There is much to see here. As a photographer, I once again couldn’t resist the colors.

Ganga Boats

Ganga Boats

I should have a little more to report after a walking tour tomorrow. There is an evening fire puja and I’ll post some photos from that experience eight years ago, once I return home next week.



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Passage to India – Bodhgaya

I’ll be brief because my internet connection in Bodhgaya is tenuous. I’ll play catchup once I get home in a little over a week.

One photograph cannot begin to do this subject justice but it will have to do. Bodhgaya as the most important of the Buddhist pilgrimage sites is a riot of color and sound and devotion. It has been on my bucket list for a long time and today I explored most of the temples and spent time at the Mahabodhi Temple, a UNESCO World Heritage Site.

Pilgrims of all Sizes Come from All Over Asia

Pilgrims of Diminutive Sizes Come from All Over Asia

Inside One Temple

Inside One Temple – Detail and Color

Everyone Has an Tablet It Seems

Everyone Has an Tablet It Seems

The only thing that was surprising to me was the mixture of the old and new: monks talking on cell phones (mobiles they are called here), monks walking around making movies with their iPads, and the fact that I was the only westerner to be seen for the most part.

As such I was a curiosity but that wasn’t a bad thing. Curious also equals friendly and I talked to so many about “America” and what it really is like.

I have learned over these past months that all isn’t really that different below the surface. Beneath it all we are all trying to be good and kind people; we care for our families; we try to earn our daily bread in whatever way we can. The superficial stuff will surprise the traveler at first and if you are here but a short time those things will stay in the front of your experience. After a time though comes acceptance and understanding and we can appreciate each other more deeply. Criticism falls away and the good memories remain.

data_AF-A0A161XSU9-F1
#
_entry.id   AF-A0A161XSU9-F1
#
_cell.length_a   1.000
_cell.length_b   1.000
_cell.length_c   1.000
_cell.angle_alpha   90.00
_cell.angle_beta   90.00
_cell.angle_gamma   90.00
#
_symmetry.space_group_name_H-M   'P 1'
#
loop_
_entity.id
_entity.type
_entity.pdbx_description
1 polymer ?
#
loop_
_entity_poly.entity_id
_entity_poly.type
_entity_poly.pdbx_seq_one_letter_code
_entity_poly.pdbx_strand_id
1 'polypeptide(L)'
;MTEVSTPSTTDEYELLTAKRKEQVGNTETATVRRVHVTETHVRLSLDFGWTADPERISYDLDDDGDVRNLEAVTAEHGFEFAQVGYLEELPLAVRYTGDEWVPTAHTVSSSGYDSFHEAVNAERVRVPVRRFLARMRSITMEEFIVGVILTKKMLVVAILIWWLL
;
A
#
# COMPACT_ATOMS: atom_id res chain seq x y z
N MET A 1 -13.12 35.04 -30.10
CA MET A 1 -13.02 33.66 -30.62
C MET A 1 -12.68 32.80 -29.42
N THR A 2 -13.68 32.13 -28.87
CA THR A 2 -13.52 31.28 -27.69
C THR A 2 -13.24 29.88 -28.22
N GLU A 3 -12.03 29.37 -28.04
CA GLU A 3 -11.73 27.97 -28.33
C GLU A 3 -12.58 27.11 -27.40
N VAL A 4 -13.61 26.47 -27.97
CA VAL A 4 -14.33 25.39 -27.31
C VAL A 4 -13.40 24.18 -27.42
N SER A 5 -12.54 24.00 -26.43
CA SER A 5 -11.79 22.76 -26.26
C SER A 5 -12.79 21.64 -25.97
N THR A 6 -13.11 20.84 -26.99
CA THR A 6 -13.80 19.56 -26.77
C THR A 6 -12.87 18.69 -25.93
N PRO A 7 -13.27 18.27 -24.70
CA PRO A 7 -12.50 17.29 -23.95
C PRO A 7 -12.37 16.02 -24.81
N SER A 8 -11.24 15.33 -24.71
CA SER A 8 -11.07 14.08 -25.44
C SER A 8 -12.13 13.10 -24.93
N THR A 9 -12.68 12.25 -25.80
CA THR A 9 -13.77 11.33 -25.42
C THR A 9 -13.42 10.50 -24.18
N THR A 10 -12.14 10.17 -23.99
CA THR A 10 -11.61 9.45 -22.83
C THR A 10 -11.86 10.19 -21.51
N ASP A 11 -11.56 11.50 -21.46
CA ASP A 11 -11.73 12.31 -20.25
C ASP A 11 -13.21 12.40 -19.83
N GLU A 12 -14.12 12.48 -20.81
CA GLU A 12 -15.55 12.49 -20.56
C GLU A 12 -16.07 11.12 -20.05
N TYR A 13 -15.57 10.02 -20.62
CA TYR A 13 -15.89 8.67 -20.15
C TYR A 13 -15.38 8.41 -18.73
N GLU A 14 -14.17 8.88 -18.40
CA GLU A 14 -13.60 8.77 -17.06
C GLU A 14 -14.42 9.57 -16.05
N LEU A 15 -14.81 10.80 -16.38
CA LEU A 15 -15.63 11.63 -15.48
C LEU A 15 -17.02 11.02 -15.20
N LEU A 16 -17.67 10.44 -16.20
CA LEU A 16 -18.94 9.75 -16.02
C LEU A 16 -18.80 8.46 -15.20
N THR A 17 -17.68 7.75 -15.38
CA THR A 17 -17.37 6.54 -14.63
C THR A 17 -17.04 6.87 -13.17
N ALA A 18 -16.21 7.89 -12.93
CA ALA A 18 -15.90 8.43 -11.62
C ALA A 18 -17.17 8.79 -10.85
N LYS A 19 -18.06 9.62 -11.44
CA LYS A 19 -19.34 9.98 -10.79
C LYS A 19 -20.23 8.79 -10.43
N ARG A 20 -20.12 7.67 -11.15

Lesson learned today: if you feed a sacred cow (really, there are such creatures) it will follow you around and become your best bovine friend. “Tung, matkaro” – “please leave me alone.”

Safe travels everyone,


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Passage to India – Shooting Calcutta – Part 3

A Word About The Hope Foundation

The major effort of the charity that sponsored this workshop, Hope Calcutta, is working with street and orphan children in feeding, education, and medical care. Hope has its own hospital with a staff of doctors and a dedicated nursing staff. Here some of our photo workshop participants are visiting the hospital.

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The Chetla Slum

Not far from our hotel in the southern suburb of Tollygunge, is a slum hard by the railway in an area called Chetla.

The children of the street and the slums live in appalling conditions, often dangerous ones. These are the tracks they play on and live next to.